于是她们一方面猜测那位贵人什么时候会来回拜班纳特先生,一方面盘算着什么时候请他来吃饭,就这样把一个晚上的工夫在闲谈中度过去了。The astonishment of the ladies was just what he wished; that of Mrs. Bennet perhaps surpassing the rest; though, when the first tumult of joy was over, she began to declare that it was what she had expected all the while.;How good it was in you, my dear Mr. Bennet! But I knew I should persuade you at last. I was sure you loved your girls too well to neglect such an acquaintance. Well, how pleased I am! and it is such a good joke, too, that you should have gone this morning and never said a word about it till now. ;;Now, Kitty, you may cough as much as you choose, ; said Mr. Bennet; and, as he spoke, he left the room, fatigued with the raptures of his wife.;What an excellent father you have, girls!; said she, when the door was shut. ;I do not know how you will ever make him amends for his kindness; or me, either, for that matter. At our time of life it is not so pleasant, I can tell you, to be making new acquaintances every day; but for your sakes, we would do anything. Lydia, my love, though you ARE the youngest, I dare say Mr. Bingley will dance with you at the next ball. ;;Oh!; said Lydia stoutly, ;I am not afraid; for though I AM the youngest, I#39;m the tallest. ;The rest of the evening was spent in conjecturing how soon he would return Mr. Bennet#39;s visit, and determining when they should ask him to dinner. Article/201105/137324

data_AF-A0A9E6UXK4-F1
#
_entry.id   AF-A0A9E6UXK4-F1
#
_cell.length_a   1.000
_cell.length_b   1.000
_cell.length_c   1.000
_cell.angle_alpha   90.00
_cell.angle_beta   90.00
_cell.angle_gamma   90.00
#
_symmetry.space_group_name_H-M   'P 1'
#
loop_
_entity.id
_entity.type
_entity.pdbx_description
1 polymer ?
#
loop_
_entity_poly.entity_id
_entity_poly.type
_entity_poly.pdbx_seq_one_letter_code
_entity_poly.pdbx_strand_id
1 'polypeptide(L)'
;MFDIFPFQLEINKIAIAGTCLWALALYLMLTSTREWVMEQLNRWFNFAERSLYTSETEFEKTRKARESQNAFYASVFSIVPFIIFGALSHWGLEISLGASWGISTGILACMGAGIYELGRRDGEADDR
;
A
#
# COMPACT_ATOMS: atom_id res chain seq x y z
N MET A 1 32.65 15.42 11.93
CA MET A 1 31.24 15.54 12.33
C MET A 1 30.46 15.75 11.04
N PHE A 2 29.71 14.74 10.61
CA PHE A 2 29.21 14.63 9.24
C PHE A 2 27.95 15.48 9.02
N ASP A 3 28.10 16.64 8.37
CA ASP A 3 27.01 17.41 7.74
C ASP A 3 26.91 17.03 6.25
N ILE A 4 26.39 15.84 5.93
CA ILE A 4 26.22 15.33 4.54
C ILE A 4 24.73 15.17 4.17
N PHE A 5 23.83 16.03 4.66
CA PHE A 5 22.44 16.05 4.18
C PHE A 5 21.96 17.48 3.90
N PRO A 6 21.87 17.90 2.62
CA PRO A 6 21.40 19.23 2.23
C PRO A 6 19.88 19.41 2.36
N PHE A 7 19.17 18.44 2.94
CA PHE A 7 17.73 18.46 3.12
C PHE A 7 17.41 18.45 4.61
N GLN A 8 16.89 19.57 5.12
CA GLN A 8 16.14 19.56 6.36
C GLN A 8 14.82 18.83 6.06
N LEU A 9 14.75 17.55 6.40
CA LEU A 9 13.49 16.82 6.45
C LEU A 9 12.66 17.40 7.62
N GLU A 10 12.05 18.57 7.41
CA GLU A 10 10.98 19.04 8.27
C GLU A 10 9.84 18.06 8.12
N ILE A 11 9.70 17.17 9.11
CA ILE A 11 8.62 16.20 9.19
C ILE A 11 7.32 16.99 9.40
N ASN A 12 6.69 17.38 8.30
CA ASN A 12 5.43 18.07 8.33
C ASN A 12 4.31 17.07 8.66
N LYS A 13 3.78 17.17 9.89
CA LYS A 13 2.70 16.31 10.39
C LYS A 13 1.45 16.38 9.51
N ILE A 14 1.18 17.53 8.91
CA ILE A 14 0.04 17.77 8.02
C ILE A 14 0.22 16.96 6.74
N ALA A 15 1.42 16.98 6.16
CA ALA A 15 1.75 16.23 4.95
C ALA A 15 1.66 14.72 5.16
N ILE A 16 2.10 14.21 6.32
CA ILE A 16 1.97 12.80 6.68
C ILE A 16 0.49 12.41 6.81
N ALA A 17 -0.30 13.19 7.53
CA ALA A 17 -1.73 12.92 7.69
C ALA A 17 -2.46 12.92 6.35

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  Duke Ellington and His Jazz Orchestra Were Famous Around the WorldWritten by Paul Thompson (THEME)VOICE ONE:I'm Shirley Griffith. VOICE TWO:And I'm Ray Freeman with the VOA Special English program, People in America. Every week we tell about a person who was important in the history of the ed States. Today, we tell about the great jazz musician, Edward Kennedy Ellington. He was better known to the world as "Duke" Ellington.Duke Ellington (MUSIC) VOICE ONE:That was Duke Ellington's orchestra playing "Take the 'A' Train. " Just the first few notes of that song are enough to tell any music expert who is playing. It is like a musical sign. The sign says, "Listen! You are about to hear something by Duke Ellington's orchestra. " It was always the first song his orchestra played. "Take the 'A' Train" was only one of hundreds of songs he played all over the world. (MUSIC) VOICE TWO:Edward Kennedy Ellington was born on April twenty-ninth, eighteen ninety-nine, in Washington, D.C. His family lived in the African-American area of Washington. It was a time when racial separation was the law in much of the ed States. Racial laws and racial hatred were to follow Edward Kennedy Ellington all through his life. Young Edward liked clothes. A friend once looked at him and said, "You look like a duke. " He meant that Edward 's clothes were so good that he looked like a member of a royal family. Other friends laughed. Yet they all began calling him "Duke. " The name stayed with him the rest of his life. VOICE ONE:When he was about seven years old, Duke Ellington began to play the piano. When he was in high school, he began to paint. He became very good at both. A famous art school in New York City invited him to take classes there. But he had aly decided to become a musician. He got his first professional job in nineteen sixteen. He played music at night and painted business signs during the day. The most popular music back then was called ragtime. Duke listened to ragtime piano players who visited Washington. Then he tried to play as well or better than they did. Years later, he recorded a song that showed how well he could play the piano. It is a ragtime song called "Lots o' Fingers." (MUSIC) VOICE TWO: Duke Ellington moved to New York City in nineteen twenty-three. He had a small band. Soon it was playing at the famous Cotton Club, where it would play for many years. Duke and his band could play at the Cotton Club. But they could not come to hear anyone else, because they were black. Duke did not become angry. He did not become filled with hatred toward white people. He let his music speak for him.VOICE ONE:In time, Duke Ellington's band got bigger. It was a jazz orchestra. More people began hearing the orchestra's music. They could hear it on a radio program from the Cotton Club. The program often could be heard all over the ed States. At the same time, Duke Ellington and the members of his orchestra began recording their songs. Their first hit record was one of their most famous. It was recorded in October of nineteen thirty. It was called "Dreamy Blues. " Later, Duke changed the name. It is still considered a great blues song and is often played today. It is called "Mood Indigo. " (MUSIC) VOICE TWO:An orchestra is a team made up of individual players. Like any team, the individuals in an orchestra must cooperate to produce good music. The leader of a team, or an orchestra, must learn the strength and the weakness of each member. And a good leader will use this knowledge to make the team or orchestra produce the best result. In the nineteen twenties and nineteen thirties, members of a dance orchestra never stayed with one group for long. Musicians moved from group to group. Yet, when a musician played with Duke Ellington, he usually stayed, sometimes for many years.VOICE ONE:This had an effect on the group's music. Duke would write music especially for musicians in the orchestra. His songs used the strengths of one or two individuals. The rest of the orchestra cooperated with them. This cooperation became the method Ellington used again and again to produce beautiful sound colors. His music could make people feel deep emotions -- feelings of happiness, or sadness, or loneliness, or joy. VOICE TWO:Some members of the Duke Ellington orchestra were the best jazz musicians of their day. Their cooperation produced a sound that is almost impossible for others to re-create. To create that same sound, you would need the musicians who first played the music. One of those musicians was "Cootie" Williams. He played the trumpet in the Duke Ellington orchestra for many years. Duke Ellington used the strength of Cootie Williams when he wrote a song called, "A Concerto for Cootie. " Critics said this work showed the unity between the music writer, the leader of the orchestra, and its members. Listen as Cootie Williams seems to lead the orchestra. Hear how the other members cooperate with him to produce a very beautiful and special sound.(MUSIC)VOICE ONE:This Special English program was written by Paul Thompson. It was produced by Lawan Davis. I'm Shirley Griffith.VOICE TWO:And I'm Ray Freeman. Join us again next week at this time for the second part of our People in America program about Duke Ellington on the Voice of America. Article/200803/30120